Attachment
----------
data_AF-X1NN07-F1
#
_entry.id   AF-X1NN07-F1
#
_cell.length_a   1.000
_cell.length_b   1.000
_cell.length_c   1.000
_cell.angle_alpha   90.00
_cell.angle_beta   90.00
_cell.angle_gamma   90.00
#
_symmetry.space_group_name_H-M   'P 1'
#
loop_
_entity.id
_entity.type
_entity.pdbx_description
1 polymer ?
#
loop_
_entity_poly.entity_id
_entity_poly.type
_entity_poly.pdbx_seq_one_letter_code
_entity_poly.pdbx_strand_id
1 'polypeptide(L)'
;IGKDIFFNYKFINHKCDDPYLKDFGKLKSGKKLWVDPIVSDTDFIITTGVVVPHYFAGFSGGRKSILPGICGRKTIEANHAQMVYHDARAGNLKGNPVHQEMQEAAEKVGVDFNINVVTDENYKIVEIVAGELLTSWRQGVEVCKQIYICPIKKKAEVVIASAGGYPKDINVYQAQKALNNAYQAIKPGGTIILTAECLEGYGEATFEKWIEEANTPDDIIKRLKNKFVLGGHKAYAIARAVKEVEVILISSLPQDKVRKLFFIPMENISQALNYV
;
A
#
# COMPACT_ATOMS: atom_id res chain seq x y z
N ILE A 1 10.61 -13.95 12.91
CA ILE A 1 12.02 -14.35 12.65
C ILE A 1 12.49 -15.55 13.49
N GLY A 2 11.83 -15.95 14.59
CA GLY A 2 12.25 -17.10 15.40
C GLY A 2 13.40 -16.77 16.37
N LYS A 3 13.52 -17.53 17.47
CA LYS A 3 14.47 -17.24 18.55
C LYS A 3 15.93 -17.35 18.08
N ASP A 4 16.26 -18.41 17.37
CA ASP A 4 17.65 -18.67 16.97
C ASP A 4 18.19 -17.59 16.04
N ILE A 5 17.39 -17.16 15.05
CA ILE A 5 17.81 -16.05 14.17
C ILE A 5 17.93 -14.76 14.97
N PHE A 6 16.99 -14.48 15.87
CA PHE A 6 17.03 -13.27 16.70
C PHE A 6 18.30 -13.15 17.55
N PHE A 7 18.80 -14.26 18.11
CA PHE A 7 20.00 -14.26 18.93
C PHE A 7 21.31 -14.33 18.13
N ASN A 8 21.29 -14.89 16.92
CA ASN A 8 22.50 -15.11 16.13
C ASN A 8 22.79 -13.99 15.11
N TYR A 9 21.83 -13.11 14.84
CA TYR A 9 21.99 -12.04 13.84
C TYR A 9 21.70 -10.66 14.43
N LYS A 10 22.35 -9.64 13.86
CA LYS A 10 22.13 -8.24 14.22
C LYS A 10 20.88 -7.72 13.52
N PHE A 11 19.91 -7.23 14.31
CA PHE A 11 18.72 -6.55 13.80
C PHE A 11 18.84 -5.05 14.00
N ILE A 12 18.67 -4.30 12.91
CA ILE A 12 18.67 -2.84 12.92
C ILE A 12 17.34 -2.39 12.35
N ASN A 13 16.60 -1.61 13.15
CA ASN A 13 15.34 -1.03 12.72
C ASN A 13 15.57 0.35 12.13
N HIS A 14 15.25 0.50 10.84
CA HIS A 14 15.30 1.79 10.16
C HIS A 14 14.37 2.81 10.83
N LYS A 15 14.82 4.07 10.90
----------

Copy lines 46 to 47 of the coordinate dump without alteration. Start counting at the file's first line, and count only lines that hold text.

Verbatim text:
N PHE A 6 16.99 -14.48 15.87
CA PHE A 6 17.03 -13.27 16.70